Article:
Update, May 12, 2020. In response to this work, Cisco has made some improvements related to transparency. Read about the details. End update.
The rise of videoconferencing services
As of mid-April 2020, 95% of the American population are under orders to stay home. This new reality has triggered a spike in users accessing videoconferencing services. Zoom has received a significant amount of attention, but other major platforms — Webex, Google Meet, and Skype — require similar scrutiny.
Consumers are caught in a difficult place. For millions of people, a videoconferencing service is the lifeline they need to stay employed, to access medical care, to keep in touch with family and friends. For many students — from pre-K through graduate school — videoconferencing is a central part of their education and connecting with classmates and teachers. There are also low-tech methods aimed to meet needs of all learners during distance-learning. If a person does not want to use a videoconferencing service out of privacy and security concerns, they may not be able to access classes, show up for a job, gain access to medical care or maintain contact with friends and family.
On the surface, it’s hard for consumers to determine which videoconferencing service best aligns with their privacy expectations. These videoconferencing services have opaque privacy policies. As more people use videoconferencing, these companies are collecting more information about their users. Our images, the sound of our voices, who we speak with, what we talk about, when we interact all have the potential to provide these companies with information that could be folded into behavioral profiles, marketing, and/or facial recognition or voice printing services.
Consumers should be able to trust that companies will provide clear, simple language that shows how they respect and protect user privacy and security. There is an opportunity in the market for videoconferencing services to distinguish themselves as a leader in respecting user privacy as a core foundation of their business.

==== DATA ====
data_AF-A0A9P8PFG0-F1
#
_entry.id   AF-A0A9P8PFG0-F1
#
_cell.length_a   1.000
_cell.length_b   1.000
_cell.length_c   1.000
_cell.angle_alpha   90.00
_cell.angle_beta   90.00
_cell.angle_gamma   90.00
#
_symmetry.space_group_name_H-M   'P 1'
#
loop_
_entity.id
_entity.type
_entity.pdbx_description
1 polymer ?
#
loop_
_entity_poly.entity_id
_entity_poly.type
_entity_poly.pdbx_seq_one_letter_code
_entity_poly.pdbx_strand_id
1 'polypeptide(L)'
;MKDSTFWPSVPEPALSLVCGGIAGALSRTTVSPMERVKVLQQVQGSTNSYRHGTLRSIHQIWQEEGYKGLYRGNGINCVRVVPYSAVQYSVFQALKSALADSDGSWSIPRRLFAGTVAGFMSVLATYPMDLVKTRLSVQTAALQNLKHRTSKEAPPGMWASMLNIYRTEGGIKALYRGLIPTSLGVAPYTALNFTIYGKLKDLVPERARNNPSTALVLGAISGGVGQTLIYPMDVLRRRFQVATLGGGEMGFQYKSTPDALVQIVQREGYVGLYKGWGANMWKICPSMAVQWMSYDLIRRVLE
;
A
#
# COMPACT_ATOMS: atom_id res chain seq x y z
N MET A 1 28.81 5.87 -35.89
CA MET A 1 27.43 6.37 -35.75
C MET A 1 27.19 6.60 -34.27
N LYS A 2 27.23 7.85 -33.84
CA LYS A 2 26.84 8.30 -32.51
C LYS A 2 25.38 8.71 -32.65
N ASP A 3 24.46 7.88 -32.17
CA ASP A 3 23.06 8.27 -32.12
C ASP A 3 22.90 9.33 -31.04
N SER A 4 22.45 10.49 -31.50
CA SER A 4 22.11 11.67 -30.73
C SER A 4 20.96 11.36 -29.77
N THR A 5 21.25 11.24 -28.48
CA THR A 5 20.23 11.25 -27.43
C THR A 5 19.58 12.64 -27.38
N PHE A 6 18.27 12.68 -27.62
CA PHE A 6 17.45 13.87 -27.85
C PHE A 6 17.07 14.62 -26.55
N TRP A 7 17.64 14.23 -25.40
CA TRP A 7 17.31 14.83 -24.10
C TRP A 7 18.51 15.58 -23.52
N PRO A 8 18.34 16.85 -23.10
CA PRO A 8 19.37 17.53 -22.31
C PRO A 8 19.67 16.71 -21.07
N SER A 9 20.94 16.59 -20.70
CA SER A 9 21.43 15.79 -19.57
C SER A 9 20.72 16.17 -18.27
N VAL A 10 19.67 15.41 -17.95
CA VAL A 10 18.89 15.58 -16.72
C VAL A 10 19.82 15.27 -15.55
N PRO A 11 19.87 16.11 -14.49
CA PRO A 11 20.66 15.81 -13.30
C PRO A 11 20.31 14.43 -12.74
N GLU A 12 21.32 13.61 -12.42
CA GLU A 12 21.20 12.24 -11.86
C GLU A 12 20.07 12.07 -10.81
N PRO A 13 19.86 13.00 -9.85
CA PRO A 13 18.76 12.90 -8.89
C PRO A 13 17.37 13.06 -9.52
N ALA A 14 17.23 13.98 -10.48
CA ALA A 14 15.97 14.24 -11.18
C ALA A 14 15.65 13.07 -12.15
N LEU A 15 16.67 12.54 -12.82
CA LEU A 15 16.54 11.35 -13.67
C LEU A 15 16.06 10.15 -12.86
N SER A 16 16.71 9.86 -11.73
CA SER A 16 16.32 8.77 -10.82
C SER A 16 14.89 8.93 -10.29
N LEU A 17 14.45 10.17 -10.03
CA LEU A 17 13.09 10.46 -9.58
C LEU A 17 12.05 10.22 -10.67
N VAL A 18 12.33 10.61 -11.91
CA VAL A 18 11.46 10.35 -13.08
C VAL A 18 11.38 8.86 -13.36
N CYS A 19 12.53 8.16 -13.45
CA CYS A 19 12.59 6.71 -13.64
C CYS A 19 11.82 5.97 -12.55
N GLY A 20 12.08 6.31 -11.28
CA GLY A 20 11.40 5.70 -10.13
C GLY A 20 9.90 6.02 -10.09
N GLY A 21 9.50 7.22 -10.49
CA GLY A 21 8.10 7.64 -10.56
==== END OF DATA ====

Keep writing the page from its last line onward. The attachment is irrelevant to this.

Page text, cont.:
3 Videoconferencing Services: A Comparative Analysis of Privacy Policies
By sharing this work, we aim to support consumers making informed choices about their privacy. We also want to see the companies providing these services articulate strong commitments to protect the privacy of people who use and rely on these services — which is why we are sending a letter to the companies highlighted in this report to give them the opportunity to make these needed improvements. It should be noted that these recommendations are broadly applicable to any platform that offers videoconferencing features. Video conferencing services are a critical part of how people are weathering the physical distancing required at this time, and people shouldn’t have to make a choice between social connections, or work, or their privacy. Consumers deserve to access these services without sacrificing the privacy or security of their data and conversations.
- A high level summary of key findings across all 3 platforms
- 3 summaries focused on each videoconferencing platform that maps to the 10 criteria of the rubric